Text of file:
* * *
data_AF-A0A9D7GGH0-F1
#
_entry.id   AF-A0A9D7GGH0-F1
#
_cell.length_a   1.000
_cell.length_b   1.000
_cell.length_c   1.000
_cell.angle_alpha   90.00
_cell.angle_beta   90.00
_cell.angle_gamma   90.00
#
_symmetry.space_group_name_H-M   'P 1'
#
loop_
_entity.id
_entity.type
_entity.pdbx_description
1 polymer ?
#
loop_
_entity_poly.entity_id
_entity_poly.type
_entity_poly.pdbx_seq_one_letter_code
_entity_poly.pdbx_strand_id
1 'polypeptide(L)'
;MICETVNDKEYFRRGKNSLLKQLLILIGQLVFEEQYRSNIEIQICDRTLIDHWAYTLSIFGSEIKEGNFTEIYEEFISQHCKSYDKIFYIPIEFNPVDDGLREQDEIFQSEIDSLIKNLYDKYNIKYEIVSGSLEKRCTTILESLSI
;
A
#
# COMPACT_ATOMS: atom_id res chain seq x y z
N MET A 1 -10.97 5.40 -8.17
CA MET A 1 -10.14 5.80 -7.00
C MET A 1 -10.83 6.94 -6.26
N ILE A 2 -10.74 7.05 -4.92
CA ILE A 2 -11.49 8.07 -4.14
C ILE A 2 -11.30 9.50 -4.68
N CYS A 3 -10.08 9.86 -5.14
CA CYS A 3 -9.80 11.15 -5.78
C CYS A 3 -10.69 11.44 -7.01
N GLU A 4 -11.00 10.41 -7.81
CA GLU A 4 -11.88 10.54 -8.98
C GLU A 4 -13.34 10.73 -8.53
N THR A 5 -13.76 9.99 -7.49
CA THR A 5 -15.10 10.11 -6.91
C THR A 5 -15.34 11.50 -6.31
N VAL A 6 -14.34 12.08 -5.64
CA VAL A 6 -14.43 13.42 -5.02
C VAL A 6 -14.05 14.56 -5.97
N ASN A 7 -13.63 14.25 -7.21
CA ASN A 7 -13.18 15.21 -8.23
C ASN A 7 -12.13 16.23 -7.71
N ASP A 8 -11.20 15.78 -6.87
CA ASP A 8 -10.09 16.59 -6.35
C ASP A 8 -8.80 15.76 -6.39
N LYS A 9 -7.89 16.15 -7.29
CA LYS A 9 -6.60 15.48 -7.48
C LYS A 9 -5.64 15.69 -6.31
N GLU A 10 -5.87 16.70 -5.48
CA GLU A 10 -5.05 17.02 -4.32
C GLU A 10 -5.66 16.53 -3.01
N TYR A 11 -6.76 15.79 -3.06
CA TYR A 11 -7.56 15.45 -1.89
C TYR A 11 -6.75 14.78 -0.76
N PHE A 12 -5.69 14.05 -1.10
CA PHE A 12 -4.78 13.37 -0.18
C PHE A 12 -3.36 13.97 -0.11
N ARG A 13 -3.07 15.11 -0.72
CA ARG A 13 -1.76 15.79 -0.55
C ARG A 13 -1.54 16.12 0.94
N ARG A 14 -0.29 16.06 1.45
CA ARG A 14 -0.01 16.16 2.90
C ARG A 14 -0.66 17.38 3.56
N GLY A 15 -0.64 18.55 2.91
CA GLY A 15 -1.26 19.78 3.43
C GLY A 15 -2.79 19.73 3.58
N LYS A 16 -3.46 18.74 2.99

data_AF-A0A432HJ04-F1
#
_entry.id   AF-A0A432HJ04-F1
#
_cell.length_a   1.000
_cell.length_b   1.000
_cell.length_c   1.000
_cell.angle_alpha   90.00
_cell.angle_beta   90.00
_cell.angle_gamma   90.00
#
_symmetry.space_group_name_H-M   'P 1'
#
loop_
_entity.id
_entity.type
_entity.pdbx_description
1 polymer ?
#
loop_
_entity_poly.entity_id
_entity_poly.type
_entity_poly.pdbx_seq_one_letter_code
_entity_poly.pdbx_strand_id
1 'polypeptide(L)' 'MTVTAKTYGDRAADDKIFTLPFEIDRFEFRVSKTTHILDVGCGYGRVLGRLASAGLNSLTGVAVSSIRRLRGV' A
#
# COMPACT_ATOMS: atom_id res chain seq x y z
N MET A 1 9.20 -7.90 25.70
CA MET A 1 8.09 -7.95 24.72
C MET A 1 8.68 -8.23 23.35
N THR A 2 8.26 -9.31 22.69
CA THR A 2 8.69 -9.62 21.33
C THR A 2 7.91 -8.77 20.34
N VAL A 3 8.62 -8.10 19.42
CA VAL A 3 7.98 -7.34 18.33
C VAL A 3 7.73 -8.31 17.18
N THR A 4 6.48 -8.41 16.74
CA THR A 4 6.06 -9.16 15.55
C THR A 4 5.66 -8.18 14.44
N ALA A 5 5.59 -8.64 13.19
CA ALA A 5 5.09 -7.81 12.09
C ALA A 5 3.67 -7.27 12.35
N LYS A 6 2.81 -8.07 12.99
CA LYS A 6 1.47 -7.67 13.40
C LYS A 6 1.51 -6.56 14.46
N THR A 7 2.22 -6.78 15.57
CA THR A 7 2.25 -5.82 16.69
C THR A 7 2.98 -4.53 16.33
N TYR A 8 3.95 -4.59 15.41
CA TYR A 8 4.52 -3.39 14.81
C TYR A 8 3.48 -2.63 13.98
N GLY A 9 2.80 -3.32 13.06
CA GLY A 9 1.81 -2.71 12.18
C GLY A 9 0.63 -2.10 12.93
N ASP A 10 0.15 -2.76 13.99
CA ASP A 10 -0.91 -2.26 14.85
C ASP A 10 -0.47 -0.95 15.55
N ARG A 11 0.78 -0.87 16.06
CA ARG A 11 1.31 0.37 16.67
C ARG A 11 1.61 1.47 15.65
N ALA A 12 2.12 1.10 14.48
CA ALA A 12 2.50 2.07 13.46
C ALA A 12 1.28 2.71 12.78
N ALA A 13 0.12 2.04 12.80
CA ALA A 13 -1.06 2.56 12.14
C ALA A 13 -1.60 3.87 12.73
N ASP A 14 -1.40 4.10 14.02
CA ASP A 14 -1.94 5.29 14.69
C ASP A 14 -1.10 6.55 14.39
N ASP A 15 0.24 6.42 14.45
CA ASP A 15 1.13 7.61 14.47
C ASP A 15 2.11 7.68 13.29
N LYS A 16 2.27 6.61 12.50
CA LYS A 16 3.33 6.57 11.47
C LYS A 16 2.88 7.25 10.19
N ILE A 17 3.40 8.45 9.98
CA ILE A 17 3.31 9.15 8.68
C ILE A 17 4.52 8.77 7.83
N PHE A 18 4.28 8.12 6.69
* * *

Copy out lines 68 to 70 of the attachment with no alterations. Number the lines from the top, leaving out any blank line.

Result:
CA ARG A 13 -1.76 15.79 -0.55
C ARG A 13 -1.54 16.12 0.94
N ARG A 14 -0.29 16.06 1.45